Times have changed beyond recognition for college librarians: we are no longer thought of as softly-spoken, book stamping people with a bun and a cardigan, and our job titles have changed too: research/information specialists, learning resources tutors, e-librarians and more. We can confidently say that we know a lot about Web 2.0 and new technologies and how good it is to embed them into teaching and learning... All very well but when it comes to embedding them into the library instruction, (instructional programs designed to teach library users how to locate the information they need quickly and effectively), is it actually worth it?
I work at Somerset College as research & library services manager and many of my colleagues may ask – ‘Is it worth creating various interactive tutorials or embedding other media with the use of digital tools for the sake of a one hour session?’
Let’s be honest here, learners rarely master research or referencing skills in a one hour library instruction session. The sheer amount of information all around them in different types and formats may even leave them more overwhelmed. Alongside this, the numerous methods of referencing information sources can turn learners to the web, (sites like Neil’s Toolbox, for example), and without the proper understanding of how citation works in real terms or what it consists of this is not always a good thing.
This has been helped at some colleges by the induction of an integrated study skills module into the curriculum; this means that librarians are delivering library instruction sessions throughout the academic year. Although, this is not the case everywhere and library staff are often heard saying that getting numerous library instruction sessions booked in for learners would ‘eat away’ at precious tutorial time with their lecturers.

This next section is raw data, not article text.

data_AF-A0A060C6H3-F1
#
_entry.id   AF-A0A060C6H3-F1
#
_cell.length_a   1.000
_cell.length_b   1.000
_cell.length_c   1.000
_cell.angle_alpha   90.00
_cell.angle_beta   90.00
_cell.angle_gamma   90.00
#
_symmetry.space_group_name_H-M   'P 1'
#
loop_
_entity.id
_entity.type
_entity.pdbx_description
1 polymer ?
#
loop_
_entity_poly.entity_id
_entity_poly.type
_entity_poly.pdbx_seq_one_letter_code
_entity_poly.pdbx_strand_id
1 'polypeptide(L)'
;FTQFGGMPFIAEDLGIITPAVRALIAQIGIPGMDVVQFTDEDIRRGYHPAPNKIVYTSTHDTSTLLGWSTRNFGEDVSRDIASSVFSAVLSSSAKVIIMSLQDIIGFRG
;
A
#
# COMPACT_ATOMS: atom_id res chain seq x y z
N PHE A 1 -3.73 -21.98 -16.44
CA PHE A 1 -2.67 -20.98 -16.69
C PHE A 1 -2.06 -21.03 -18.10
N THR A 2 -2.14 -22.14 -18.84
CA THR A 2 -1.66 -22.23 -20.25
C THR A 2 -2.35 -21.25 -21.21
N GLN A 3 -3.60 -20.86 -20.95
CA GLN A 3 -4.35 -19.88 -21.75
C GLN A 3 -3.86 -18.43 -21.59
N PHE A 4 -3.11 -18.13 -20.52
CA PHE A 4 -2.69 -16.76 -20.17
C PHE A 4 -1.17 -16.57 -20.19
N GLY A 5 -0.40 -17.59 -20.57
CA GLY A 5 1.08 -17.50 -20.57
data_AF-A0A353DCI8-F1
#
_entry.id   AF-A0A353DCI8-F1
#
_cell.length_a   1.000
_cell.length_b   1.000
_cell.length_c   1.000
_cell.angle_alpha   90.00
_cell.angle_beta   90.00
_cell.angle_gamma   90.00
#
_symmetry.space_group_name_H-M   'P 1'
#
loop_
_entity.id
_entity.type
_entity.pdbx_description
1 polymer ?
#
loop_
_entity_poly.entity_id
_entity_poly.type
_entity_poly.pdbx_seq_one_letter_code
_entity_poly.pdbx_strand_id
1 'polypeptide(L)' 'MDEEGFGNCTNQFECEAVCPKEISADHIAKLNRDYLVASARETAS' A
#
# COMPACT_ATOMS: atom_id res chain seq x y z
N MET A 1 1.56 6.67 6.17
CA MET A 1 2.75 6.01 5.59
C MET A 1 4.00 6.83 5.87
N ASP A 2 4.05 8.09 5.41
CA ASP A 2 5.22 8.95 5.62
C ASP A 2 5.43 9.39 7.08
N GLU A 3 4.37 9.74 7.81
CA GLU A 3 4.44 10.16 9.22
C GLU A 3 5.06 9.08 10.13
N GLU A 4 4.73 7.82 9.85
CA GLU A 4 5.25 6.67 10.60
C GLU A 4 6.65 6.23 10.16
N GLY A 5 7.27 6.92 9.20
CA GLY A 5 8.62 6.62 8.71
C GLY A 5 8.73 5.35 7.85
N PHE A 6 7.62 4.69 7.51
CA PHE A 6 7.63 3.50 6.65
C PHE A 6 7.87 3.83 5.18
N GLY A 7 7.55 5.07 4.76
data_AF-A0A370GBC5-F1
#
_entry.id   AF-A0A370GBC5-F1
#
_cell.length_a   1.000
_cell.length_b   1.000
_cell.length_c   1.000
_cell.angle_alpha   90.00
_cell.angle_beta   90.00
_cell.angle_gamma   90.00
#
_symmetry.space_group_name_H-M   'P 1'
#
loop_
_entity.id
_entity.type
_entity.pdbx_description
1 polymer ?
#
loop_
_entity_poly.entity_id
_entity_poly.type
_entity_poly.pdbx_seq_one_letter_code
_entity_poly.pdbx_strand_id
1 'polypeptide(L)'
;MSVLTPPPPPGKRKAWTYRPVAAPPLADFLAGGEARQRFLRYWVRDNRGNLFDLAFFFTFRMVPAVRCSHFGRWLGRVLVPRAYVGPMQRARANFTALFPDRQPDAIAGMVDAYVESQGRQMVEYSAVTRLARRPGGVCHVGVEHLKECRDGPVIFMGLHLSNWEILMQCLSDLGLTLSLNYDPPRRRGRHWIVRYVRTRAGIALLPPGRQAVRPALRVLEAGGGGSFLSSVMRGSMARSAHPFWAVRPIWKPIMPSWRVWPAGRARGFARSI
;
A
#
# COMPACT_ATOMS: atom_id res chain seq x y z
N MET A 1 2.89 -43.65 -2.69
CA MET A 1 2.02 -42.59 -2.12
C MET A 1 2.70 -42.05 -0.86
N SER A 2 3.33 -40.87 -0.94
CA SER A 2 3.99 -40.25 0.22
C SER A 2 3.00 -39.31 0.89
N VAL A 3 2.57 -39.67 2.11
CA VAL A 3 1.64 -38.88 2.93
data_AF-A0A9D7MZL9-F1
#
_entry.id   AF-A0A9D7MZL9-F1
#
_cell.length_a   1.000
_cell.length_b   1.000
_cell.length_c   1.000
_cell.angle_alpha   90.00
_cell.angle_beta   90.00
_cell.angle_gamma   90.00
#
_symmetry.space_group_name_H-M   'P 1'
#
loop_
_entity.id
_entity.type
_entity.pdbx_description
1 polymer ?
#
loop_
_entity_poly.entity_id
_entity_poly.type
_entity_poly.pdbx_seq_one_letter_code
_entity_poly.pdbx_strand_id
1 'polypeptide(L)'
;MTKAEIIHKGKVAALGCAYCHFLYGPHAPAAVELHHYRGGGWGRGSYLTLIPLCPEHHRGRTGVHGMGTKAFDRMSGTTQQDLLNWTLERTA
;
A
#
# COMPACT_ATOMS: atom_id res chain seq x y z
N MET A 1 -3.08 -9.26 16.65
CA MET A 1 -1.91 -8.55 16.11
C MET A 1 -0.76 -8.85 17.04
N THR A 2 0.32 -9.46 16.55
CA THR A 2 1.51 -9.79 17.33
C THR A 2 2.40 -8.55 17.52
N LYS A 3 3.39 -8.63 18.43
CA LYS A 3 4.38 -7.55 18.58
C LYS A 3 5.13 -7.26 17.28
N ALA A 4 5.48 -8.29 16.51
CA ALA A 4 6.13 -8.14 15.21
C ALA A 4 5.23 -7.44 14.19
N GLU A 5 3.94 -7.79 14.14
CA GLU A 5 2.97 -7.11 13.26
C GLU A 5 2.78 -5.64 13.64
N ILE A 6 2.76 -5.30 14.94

I believe that there are two areas where we can teach learners how to use library materials and reference usage correctly:
Create effective communication to enhance participation
Support a learner-centred/interactive approach to activities enhanced by the use of technologies.
Here are some thoughts on how we can help make this happen:
Communication is fundamental and it does create transformation, awareness about libraries and their services gets cascaded to learners via academic staff almost instantaneously. In my experience most colleges have staff development departments or units, as they are sometimes called, that can help with organising training sessions for academics. How about thinking of a cunning title that will encourage curiosity and ultimately better attendance (we called one of ours ‘Library at Your Fingertips’)
Another idea...... librarians ‘roving’ around with tablets (iPad, Samsung Galaxy or their equivalents) and mingling amongst learners and staff demonstrating library resources in less traditional learning environments (see University of Huddersfield’s Project 2012: The Roving Librarian)
As for teaching materials, rather than venturing into the vastness of cyberspace in search of ready-made tutorials, it can be rather satisfying to create your own that can turn a traditional library instruction into an interactive learning experience. Such tutorials, if uploaded onto a virtual learning environment (VLE), can be particularly helpful in reaching a large number of learners 24/7. What’s more - they are also tailored to individual learning needs and their study levels. Creating an envisioned tutorial through the use of freely available Web 2.0 digital technologies can be a huge accomplishment for librarians and learners alike. Read our full case study for more information
At Somerset College our latest development with harnessing technologies involves the use of e-clickers. A vital feature of the TV games’ shows such as Who Wants to be a Millionaire and Jeopardy! are now mimicked during the referencing and research teaching sessions. The use of e-clickers helps to engage learners during their library instruction and results in an increased participation and competitiveness with their peers. Instant feedback provided on screen helps librarians assess learners’ understanding of the subject matter during the session.
Involving learners in creating tutorials could improve their digital literacy development and employability skills. In doing this you could also be enhancing your own technical skills.
College libraries are always on the lookout for new emerging technologies to see how they can be utilised in improving library instruction and the learning experience. Jisc RSC South West has been pivotal in helping us with researching and implementing new technologies as well as showcasing best practice in their use across the academic region. The Jisc RSC South West has been key in providing that all-round continuity!